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Old May 02, 2012, 08:43 AM
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Matching receiver-battery?

Do you somehow have to match a receiver with the battery pack a plane is using?

I was looking at some receivers (6 channel) that had a parameter like:
"Operational voltage 3,5-9,6V"
Does that mean it would not work with a Plane on a 3S-pack? Since a 3s pack is 11,1V.
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Old May 02, 2012, 08:47 AM
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Maybe it's the ESC's job to put the correct Voltage on the receiver?
Is that usually a standard voltage, or do I have to check my ESC and match it with a receiver?
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Old May 02, 2012, 09:57 AM
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Most esc have a 5v output for BEC. Battery Eliminating Circuitry
Some have 6v output for BEC.
Some have programmable output ranging from 5.0V to 7.0V, in 0.1V increments.

Some hobbyist powers the receiver with a battery and depending on the servo being used they can even connect a 2S lipo 8.4v directly in the receiver because they are using high voltage servos.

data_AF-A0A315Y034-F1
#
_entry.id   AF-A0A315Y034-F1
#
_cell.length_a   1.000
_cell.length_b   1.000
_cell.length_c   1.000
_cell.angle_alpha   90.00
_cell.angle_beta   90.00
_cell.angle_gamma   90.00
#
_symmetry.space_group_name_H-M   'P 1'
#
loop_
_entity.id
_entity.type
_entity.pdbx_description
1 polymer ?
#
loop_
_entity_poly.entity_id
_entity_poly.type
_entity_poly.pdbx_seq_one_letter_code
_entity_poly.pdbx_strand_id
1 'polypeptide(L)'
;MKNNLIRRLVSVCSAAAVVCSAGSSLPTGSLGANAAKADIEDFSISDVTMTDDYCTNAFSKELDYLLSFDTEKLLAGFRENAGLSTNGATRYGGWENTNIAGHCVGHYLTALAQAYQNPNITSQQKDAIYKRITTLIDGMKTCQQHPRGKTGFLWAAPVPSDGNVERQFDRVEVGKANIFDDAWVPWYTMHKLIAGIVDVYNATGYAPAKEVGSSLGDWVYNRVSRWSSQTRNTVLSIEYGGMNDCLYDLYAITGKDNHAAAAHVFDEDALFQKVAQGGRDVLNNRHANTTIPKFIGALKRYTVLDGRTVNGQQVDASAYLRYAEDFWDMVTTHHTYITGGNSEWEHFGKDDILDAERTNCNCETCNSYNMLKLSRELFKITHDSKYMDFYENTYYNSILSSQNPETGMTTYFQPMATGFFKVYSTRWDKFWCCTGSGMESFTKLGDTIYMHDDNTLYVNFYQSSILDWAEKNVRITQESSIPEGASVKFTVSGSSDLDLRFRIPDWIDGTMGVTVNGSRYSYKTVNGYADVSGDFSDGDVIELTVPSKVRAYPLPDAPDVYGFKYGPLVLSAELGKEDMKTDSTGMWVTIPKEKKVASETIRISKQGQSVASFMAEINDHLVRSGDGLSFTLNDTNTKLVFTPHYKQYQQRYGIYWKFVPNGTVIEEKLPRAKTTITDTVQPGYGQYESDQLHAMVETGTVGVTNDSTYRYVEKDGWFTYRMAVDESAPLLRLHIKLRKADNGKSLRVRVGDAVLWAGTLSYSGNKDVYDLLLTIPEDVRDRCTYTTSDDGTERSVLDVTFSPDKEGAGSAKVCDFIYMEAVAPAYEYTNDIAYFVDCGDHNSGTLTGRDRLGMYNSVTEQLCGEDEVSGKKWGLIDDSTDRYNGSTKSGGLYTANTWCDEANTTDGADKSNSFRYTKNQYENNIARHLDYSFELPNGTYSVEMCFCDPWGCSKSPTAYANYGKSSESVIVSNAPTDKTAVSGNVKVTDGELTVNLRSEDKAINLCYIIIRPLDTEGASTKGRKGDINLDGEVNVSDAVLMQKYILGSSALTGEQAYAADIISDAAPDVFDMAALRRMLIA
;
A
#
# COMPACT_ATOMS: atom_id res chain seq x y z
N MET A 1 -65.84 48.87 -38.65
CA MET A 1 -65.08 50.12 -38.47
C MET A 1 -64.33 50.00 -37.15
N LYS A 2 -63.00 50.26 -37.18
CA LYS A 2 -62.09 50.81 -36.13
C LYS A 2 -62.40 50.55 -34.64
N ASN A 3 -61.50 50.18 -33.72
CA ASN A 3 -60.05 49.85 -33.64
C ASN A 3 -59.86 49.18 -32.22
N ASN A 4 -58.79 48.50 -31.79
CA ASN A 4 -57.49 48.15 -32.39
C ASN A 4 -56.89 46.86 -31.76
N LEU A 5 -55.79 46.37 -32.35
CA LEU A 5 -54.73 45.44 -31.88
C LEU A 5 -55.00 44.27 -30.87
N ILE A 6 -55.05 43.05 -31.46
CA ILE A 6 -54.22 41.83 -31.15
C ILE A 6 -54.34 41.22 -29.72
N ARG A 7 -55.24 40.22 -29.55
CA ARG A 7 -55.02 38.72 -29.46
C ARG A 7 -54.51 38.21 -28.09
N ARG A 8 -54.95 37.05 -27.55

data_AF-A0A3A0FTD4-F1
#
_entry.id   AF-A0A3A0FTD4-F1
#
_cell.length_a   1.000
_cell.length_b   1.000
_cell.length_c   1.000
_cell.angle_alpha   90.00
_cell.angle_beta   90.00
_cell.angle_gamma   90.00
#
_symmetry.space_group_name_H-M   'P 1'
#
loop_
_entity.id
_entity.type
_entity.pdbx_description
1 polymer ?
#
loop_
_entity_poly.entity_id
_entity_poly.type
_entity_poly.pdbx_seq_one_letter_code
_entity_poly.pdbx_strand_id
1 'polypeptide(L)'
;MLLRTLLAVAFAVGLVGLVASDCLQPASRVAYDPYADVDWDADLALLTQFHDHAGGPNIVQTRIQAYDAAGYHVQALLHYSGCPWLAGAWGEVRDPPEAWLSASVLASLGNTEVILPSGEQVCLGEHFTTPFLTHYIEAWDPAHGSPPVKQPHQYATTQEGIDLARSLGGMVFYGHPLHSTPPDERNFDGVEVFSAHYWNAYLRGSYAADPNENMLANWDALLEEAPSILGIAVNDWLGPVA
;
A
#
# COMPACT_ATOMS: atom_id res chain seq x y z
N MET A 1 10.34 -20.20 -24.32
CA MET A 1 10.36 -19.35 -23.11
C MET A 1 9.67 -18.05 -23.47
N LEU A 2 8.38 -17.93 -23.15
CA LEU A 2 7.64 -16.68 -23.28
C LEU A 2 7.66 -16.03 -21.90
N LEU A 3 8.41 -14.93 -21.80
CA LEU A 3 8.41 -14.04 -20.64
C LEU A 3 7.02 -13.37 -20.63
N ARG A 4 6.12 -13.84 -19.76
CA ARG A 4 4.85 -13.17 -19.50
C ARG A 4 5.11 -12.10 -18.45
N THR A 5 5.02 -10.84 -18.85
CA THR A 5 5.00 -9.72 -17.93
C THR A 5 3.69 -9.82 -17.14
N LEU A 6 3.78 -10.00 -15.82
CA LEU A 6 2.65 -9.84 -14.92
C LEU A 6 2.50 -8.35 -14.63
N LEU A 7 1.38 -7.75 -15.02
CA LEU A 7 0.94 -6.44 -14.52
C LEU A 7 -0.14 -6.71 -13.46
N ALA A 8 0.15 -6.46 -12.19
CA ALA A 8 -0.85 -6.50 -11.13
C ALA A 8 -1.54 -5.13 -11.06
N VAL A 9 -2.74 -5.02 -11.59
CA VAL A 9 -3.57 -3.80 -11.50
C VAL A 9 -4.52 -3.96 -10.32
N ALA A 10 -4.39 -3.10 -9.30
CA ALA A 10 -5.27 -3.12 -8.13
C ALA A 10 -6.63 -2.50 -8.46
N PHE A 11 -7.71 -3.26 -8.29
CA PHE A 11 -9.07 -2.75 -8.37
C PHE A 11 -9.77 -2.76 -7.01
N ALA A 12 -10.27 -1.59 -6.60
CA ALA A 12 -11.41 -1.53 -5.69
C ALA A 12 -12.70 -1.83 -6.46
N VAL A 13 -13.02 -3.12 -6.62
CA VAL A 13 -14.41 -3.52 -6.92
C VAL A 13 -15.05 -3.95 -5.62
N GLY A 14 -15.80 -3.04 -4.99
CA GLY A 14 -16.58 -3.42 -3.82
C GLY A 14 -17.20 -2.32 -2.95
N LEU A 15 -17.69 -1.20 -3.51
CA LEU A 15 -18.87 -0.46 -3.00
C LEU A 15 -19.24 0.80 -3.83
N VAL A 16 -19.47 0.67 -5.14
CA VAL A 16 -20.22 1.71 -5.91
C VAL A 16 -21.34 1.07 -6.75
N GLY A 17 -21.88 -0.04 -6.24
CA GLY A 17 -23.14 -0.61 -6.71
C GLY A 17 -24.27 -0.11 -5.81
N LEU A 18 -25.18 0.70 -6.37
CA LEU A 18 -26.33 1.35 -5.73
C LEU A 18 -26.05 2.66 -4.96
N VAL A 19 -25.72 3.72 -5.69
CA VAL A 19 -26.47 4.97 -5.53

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Old May 02, 2012, 09:58 AM
PGR
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Quote:
Originally Posted by R0yalty View Post
Maybe it's the ESC's job to put the correct Voltage on the receiver?
That's how it works in typical electric power systems: The ESC has a built-in BEC (Battery Eliminator Circuit) which provides the power for the receiver and servos. But it's important to make sure the BEC can provide adequate power for the quantity, type, and size of servos you are using. The BEC voltage is pretty standard (5V) but the current capabilities aren't standard at all and often depend on how many cells (how much voltage) you are powering the ESC with.

Glider guiders and many people who fly larger powered planes will power their receivers & servos with a separate battery pack and then it's important to use a pack which provides the correct voltage as specified by the receiver. Finally, there are also external BECs available for high-current applications like planes with lots of servos.

Pete
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Old May 02, 2012, 10:01 AM
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PGR beat me to it.
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Old May 02, 2012, 10:03 AM
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Quote:
Originally Posted by PGR View Post
That's how it works in typical electric power systems: The ESC has a built-in BEC (Battery Eliminator Circuit) which provides the power for the receiver and servos. But it's important to make sure the BEC can provide adequate power for the quantity, type, and size of servos you are using. The BEC voltage is pretty standard (5V) but the current capabilities aren't standard at all and often depend on how many cells (how much voltage) you are powering the ESC with.

Glider guiders and many people who fly larger powered planes will power their receivers & servos with a separate battery pack and then it's important to use a pack which provides the correct voltage as specified by the receiver. Finally, there are also external BECs available for high-current applications like planes with lots of servos.